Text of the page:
The €4.9bn pension fund PNO Media said that it would stop investing in infrastructure and microfinance, following an assessment of returns versus risks and costs.

Although its 2% infrastructure holdings returned 13.2% last year, its 1% microfinance portfolio yielded no more than 1.9%, under-performing the benchmark by 4.1 percentage points, it said in its annual report for 2014.

The media scheme posted an overall result of 15.9%, which was boosted by 4.5 percentage points due to its interest hedge.

However, the fund said it had lost out even higher returns, as it had reduced its hedging level from 40% to 25% in the belief that interest rates would rise in the mid-term.

As a consequence of the adjustment, its funding based on market rates fell from 105.3% to 100.1% during the year. Its new and official policy funding level – the average coverage of the previous 12 months – stood at 101.4%, it said.

Last year, the scheme’s board adjusted its strategic asset allocation by reducing the target weighting of credit (-2%), emerging market equity (-1%) and private equity (-1%) in favour of government bonds (+1%), residential mortgages (+1%) and US equity (+2%), while keeping its strategic interest hedge at 40%.

PNO Media’s 50.8% fixed income portfolio returned 15.6%, with European AAA government paper generating more than 29%.

Residential mortgages and European credit yielded 8.2% and 7.8% respectively, it said.

Equity holdings, accounting for over a third of assets, delivered returns of 14.5%, with US stocks producing a 29.5% return. That said, the scheme indicated that it could not fully benefit from the performance of US equity and the rise of the dollar against the euro, as it had hedged 75% of the currency risk.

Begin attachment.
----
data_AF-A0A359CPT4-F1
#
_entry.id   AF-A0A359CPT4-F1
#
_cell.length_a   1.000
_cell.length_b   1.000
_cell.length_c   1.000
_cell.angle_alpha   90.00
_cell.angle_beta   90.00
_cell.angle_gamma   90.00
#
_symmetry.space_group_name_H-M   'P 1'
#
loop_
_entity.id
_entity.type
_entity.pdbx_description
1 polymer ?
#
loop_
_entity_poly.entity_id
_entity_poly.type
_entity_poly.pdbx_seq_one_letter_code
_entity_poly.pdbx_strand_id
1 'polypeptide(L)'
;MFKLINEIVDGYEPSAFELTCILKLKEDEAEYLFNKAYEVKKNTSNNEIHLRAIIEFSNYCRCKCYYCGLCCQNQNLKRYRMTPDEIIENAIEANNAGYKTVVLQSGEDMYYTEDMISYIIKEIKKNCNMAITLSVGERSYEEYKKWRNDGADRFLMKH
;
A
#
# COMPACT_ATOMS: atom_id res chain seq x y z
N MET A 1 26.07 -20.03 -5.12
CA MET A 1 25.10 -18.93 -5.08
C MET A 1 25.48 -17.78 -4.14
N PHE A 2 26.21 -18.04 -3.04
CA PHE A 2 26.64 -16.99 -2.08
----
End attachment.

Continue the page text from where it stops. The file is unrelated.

Also mainly thanks to well-performing US markets, the pension fund’s property investments – chiefly in the residential and retail sector, through non-listed funds – returned 5.8%.

PNO Media further said that it had decided to increase its investment volume for private equity, as the pay out of maturing projects started exceeding investments. The asset class returned 14.1%

The scheme has been investing in private equity in co-operation with SPF Beheer, the asset manager of the €14bn railways scheme SPF, since 2001.

The media pension fund made clear that it was looking into the options to widening its scope of pension plans, to encourage small companies with many young staff to join the industry-wide scheme.

“We see growth potential in initially charging young workers a lower contribution than our standard average premium, which still would entitle them to a full rights accrual, because of their longer investment horizon,” explained Jeroen van der Put, director of investments at PNO Media.

The scheme also said that it had renewed its contract with its provider MPD for an indefinite period, under the condition that MPD would keep on working exclusively for PNO Media. Meanwhile, it has housed its pensions bureau with the provider.

“An exclusive relationship will enable the board to keep its focus amidst all changes in legislation and governance,” Van der Put said.

PNO Media has 15,235 active participants, 32,655 deferred members and 9,045 pensioners affiliated with 449 employers.